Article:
Darrell Jude Roth,
File No. K8-96-2671
Hubert H. Humphrey III, Attorney General, 1400 NCL Tower, 445 Minnesota Street, St. Paul, MN 55101, Susan Gaertner, Ramsey County Attorney, Darrell C. Hill, Assistant Ramsey County Attorney, 50 West Kellogg Boulevard, Suite 315, St. Paul, MN 55102 (for respondent)
Michael C. Davis, Assistant State Public Defender, 875 Summit Avenue, LEC 304, St. Paul, MN 55105 (for appellant)
Considered and decided by Amundson, Presiding Judge, Crippen, Judge, and Schumacher, Judge.
Appellant Darrell Roth challenges his first-degree criminal sexual conduct convictions, arguing that: 1) the evidence at trial was insufficient to support the jury's verdict; 2) the district court committed reversible error by limiting the cross-examination of Tricia Abbott; 3) the district court abused its discretion by imposing consecutive sentences for crimes against multiple victims; 4) the jury's temporary deadlock entitles him to relief; and 5) the prosecutor committed misconduct during final argument. We affirm.
At trial, J.B. described how Roth put his "peepee" in her mouth and "went potty." She identified a penis from a diagram as the "peepee" and said it tasted icky. J.B. also described, complete with circular gestures, how Roth made her touch his penis with her hand. The five-year-old did not know how many times it happened.
K.B., who was four years old at the time of trial, also testified how Roth stuck his "peepee" in her mouth and "peed." K.B. also added that she saw Roth do the same thing to J.B.
On August 6, 1996, the girls were at the home of a neighbor, Renya Moore, while their mother went to the store. J.B. told Moore that "my Daddy made me drink his peepee." Without prompting, K.B. also told Moore that Roth made her do the same thing. Both girls showed Moore with gestures, cupping their hands to form a circle and moving them to and away from their mouth. When Abbott returned, the girls showed and told her what Roth was doing to them. After talking with K.B. and J.B., Abbott called the police. Officer Jeffrey Lewis responded to the call. Officer Lewis separated J.B. and K.B., asking them individually what had occurred. Each of their accounts of the abuse was the same.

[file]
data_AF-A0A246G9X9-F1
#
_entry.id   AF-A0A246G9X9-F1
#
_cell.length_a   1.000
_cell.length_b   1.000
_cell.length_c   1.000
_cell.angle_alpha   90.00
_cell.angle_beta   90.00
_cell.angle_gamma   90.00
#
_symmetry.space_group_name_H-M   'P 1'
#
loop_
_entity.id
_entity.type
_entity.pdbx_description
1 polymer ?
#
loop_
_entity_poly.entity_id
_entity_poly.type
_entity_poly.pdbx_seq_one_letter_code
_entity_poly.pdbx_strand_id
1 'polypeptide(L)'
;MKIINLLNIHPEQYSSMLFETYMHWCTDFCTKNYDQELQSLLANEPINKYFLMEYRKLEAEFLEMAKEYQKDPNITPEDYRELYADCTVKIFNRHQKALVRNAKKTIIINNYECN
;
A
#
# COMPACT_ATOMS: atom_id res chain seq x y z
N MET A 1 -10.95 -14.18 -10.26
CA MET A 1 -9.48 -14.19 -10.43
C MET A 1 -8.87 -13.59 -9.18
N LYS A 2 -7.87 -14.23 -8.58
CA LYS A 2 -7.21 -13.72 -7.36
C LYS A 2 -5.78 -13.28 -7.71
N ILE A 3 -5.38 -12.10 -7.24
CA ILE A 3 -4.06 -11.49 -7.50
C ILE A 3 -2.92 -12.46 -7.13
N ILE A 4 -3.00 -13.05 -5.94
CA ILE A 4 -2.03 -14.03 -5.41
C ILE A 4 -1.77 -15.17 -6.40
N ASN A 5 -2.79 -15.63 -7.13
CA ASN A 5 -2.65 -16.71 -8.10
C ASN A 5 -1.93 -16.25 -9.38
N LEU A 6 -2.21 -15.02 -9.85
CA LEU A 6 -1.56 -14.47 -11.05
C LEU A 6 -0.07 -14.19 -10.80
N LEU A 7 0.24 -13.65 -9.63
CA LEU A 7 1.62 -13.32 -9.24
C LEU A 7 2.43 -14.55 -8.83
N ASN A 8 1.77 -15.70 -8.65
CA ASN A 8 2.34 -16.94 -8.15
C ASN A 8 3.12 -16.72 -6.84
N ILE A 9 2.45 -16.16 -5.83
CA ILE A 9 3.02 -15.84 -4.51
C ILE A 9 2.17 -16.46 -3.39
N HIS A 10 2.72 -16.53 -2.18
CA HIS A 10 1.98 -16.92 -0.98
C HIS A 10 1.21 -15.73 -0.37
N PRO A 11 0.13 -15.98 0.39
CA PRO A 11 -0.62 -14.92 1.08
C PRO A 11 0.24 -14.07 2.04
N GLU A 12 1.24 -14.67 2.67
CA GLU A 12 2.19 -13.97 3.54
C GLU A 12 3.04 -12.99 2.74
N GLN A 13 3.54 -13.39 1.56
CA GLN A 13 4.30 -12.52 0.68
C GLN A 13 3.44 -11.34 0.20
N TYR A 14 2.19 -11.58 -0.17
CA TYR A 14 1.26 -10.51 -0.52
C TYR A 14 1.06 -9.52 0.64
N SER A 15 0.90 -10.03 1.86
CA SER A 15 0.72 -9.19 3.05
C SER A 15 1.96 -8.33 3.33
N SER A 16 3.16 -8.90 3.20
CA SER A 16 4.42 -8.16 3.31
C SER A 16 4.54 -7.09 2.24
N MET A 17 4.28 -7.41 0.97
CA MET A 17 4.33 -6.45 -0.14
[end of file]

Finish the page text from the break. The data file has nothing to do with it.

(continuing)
On August 12, 1996, Julie Pape, R.N., from Midwest Children's Resource Center, conducted sexual assault evaluations on J.B. and K.B. The girls were seen separately and each interview was videotaped. During the interview, J.B. told Pape that Roth asked her to hold his peepee and help him go potty. He would then go potty with his peepee inside her mouth. She said that it tasted icky and, when asked what it looked like, she pointed to her nose.
At the beginning of K.B.'s interview, she said Roth moved out of their home because he put his "peepee" in mine and J.B.'s mouth. K.B. said this happened several times. K.B. added that Roth peed in her mouth and she did not like it.
Roth denied putting his penis in the girls' mouths and he also denied any other form of sexual contact. He claimed that he lost his sex drive during this time period due to medications he was taking. Roth testified that he got along fine with the girls, but that his relationship with Abbott was often shaky. He claimed that Abbott was upset with him and the justice system because she was denied a request for an order for protection from Roth and she stated that she would get revenge. Abbott was asked about this statement and she denied ever making it.
A jury convicted Roth of two counts of first-degree criminal sexual conduct, sentencing him for an executed term of eighty-six months on each count. This appeal followed.
Roth was convicted of two counts of first-degree criminal sexual conduct in violation of Minnesota statute. See Minn. Stat. § 609.342, subd. 1 (a) (1996). That statute prohibits sexual penetration when:
the complainant is under 13 years of age and the actor is more than 36 months older than the complainant. Neither mistake as to the complainant's age nor consent to the act by the complainant is a defense.
Minn. Stat. § 609.342, subd. 1 (a).
K.B. provided positive and unequivocal testimony describing the charged acts of sexual penetration. There was no dispute regarding age: K.B. was three years old, and J.B. was five years old at the time of the offense, and Roth (born April 2, 1968) was more than 36 months older. The evidence fulfilled all essential elements of the crime, including the statutory definition of sexual penetration. See Minn. Stat. § 609.341, subd. 12 (1996).
The direct and positive testimony of K.B. is, by itself, sufficient to sustain the guilty verdict. There is no requirement that the testimony of a sexual assault victim be corroborated. See Minn. Stat. § 609.347, subd. 1 (1996); State v. Gamez, 494 N.W.2d 84, 86 (Minn. App. 1992), review denied (Minn. Oct. 13, 1993). Furthermore, even if such evidence was required, a number of corroborating factors are present here.
Roth's contentions about the sufficiency of the evidence are essentially twofold. First, he argues that K.B., based on her demeanor and certain answers, should not be considered believable. The credibility of a witness, however, lies within the exclusive province of the jury. State v. Pieschke, 295 N.W.2d 580, 584 (Minn. 1980). The jury saw and heard K.B. tell her story. Based on the jury verdict, it is clear that the jury found her to be credible.
Second, Roth argues that the state failed to prove venue in Ramsey County. Minnesota law addresses that argument by stating:
A criminal action arising out of an incident of alleged child abuse may be prosecuted either in the county where the alleged abuse occurred or the county where the child is found.
Minn. Stat. § 627.15 (1996).